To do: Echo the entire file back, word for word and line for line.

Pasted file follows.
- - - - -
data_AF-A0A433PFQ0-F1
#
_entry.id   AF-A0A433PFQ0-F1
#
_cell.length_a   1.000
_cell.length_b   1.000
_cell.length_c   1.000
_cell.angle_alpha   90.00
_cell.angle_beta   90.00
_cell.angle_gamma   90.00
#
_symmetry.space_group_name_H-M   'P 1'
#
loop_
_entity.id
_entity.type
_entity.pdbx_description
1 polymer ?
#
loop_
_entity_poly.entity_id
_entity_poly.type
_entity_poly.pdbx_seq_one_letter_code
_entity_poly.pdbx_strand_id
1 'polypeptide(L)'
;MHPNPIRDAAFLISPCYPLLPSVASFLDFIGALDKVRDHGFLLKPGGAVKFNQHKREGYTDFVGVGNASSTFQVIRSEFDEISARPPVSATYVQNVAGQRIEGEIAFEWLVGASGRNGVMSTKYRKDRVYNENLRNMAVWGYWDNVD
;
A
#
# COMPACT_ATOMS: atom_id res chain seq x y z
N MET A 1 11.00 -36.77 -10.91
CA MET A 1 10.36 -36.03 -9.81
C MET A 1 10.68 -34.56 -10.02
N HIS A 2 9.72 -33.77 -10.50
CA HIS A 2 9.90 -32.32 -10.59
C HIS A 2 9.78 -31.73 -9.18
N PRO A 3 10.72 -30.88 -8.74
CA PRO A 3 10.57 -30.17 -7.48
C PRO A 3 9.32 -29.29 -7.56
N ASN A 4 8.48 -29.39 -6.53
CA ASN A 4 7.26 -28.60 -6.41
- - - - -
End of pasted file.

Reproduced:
data_AF-A0A433PFQ0-F1
#
_entry.id   AF-A0A433PFQ0-F1
#
_cell.length_a   1.000
_cell.length_b   1.000
_cell.length_c   1.000
_cell.angle_alpha   90.00
_cell.angle_beta   90.00
_cell.angle_gamma   90.00
#
_symmetry.space_group_name_H-M   'P 1'
#
loop_
_entity.id
_entity.type
_entity.pdbx_description
1 polymer ?
#
loop_
_entity_poly.entity_id
_entity_poly.type
_entity_poly.pdbx_seq_one_letter_code
_entity_poly.pdbx_strand_id
1 'polypeptide(L)'
;MHPNPIRDAAFLISPCYPLLPSVASFLDFIGALDKVRDHGFLLKPGGAVKFNQHKREGYTDFVGVGNASSTFQVIRSEFDEISARPPVSATYVQNVAGQRIEGEIAFEWLVGASGRNGVMSTKYRKDRVYNENLRNMAVWGYWDNVD
;
A
#
# COMPACT_ATOMS: atom_id res chain seq x y z
N MET A 1 11.00 -36.77 -10.91
CA MET A 1 10.36 -36.03 -9.81
C MET A 1 10.68 -34.56 -10.02
N HIS A 2 9.72 -33.77 -10.50
CA HIS A 2 9.90 -32.32 -10.59
C HIS A 2 9.78 -31.73 -9.18
N PRO A 3 10.72 -30.88 -8.74
CA PRO A 3 10.57 -30.17 -7.48
C PRO A 3 9.32 -29.29 -7.56
N ASN A 4 8.48 -29.39 -6.53
CA ASN A 4 7.26 -28.60 -6.41